On Being a Writer in Korea – A ‘How To’ & ‘Where To’ Guide
- Yonhap |
- writer |
- webzine |
- Website |
- times |
- the three wise monkeys |
- submitting |
- South Korea |
- seoul writiers workshop |
- Seoul |
- publishing |
- printing |
- newspaper |
- material |
- Korea |
- journalism |
- joongagn |
- heral |
- Groove |
- freelance |
- donga |
- chosun |
- chojoongdong |
- hiexpat |
- ilbo |
- submission |
Of course, to be a writer you have to write. But of equal importance to the writing element is you have to be read. There are many different ways to be read, but rest assured that for all the fantastic poetry and prose you scribble in your fancy notebook and for all the standing up on stage you do at open mic nights, you will never be never be read if you do not approach the media.
Of course you could argue that you write for yourself, which is fine, but if that is your take on writing then this post is not directed at you. And even if that is your take, you probably want to write for someone someday.
On a number of occasions in my short writing career I’ve come across the idea before that a person should be published without having approached a person in the business of publishing. It doesn’t make sense. This doesn’t happen anywhere, even in the music business. Sure a manager, like Brian Epstein or Andrew Oldham, might discover some talent, but it was the manager who hustled with venues for gigs and sent recordings to record labels so that the band or musician could get the record deal required. Writers have agents, and agents don’t take on anyone, and much like in the music business you have to be good and you have to have a proven track record.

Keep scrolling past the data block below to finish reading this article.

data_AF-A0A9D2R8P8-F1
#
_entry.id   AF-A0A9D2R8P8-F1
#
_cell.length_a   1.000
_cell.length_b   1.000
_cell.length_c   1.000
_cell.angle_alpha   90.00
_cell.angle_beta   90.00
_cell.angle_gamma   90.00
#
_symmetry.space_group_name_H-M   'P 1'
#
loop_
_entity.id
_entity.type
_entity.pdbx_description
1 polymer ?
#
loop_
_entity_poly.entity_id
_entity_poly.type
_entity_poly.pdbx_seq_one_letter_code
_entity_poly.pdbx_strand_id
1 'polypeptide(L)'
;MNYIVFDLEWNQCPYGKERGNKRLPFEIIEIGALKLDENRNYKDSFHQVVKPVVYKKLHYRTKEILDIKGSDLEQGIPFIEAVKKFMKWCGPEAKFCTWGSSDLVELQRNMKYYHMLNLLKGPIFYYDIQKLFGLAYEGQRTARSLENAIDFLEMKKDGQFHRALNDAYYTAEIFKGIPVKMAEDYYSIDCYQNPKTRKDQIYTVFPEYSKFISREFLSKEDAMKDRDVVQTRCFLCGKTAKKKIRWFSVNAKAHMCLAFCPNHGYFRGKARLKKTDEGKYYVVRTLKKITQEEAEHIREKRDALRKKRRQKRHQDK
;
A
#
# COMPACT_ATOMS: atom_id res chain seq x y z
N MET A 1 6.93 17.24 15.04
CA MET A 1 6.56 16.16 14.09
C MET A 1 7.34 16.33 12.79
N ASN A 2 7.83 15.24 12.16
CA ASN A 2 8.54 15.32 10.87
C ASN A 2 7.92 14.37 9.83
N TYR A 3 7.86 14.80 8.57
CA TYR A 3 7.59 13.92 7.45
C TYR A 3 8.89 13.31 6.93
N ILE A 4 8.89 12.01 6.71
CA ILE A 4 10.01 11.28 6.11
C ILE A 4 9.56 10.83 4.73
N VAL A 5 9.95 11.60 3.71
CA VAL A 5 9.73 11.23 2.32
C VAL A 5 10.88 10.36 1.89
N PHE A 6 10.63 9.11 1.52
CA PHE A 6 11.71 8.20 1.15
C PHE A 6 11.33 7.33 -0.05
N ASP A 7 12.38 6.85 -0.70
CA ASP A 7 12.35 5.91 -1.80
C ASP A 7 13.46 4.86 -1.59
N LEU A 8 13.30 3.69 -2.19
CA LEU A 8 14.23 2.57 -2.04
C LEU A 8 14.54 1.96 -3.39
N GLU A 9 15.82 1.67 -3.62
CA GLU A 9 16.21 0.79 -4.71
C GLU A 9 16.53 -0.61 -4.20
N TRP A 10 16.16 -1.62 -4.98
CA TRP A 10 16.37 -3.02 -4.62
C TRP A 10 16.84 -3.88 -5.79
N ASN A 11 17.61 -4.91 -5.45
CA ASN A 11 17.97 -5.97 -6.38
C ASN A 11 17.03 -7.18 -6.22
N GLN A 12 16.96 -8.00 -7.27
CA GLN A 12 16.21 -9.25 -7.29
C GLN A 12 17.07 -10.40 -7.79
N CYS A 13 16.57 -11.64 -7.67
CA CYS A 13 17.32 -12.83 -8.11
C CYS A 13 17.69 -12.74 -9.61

Getting back to getting published; I’m going to stick with the levels I’ve reached because I don’t have the experience to talk about finding an agent or finalising a draft of a book, and there are far more accomplished voices out there who could offer advice on this cloak and dagger area of the literary business.
There’s no reason ever to expect editors or publishers to be scoping out open mic nights or combing through the blogosphere for new talent. While you might think it a great idea, they’re probably far too busy with other writers to want to have to think about you. Either way, when you think how much effort it takes to write a book you can appreciate why they wait for people to approach them. The people who do get it together to present a completed manuscript are clearly committed enough to their craft to take the time and effort to finalise something. Someone waxing lyrical on a stage or spending hours berating away in a blog is not their idea of prime produce. If you feel that your writing is good enough you need to take it to the next level. No one else will do it for you.
Of course much of this has to do with confidence. Never believe that you are a good writer, know you are. Look for ways to justify people labelling you as one, as opposed to deciding that your writing is good. There are all kinds of ways to do this but chief among these is to find as many ways as possible to get criticism.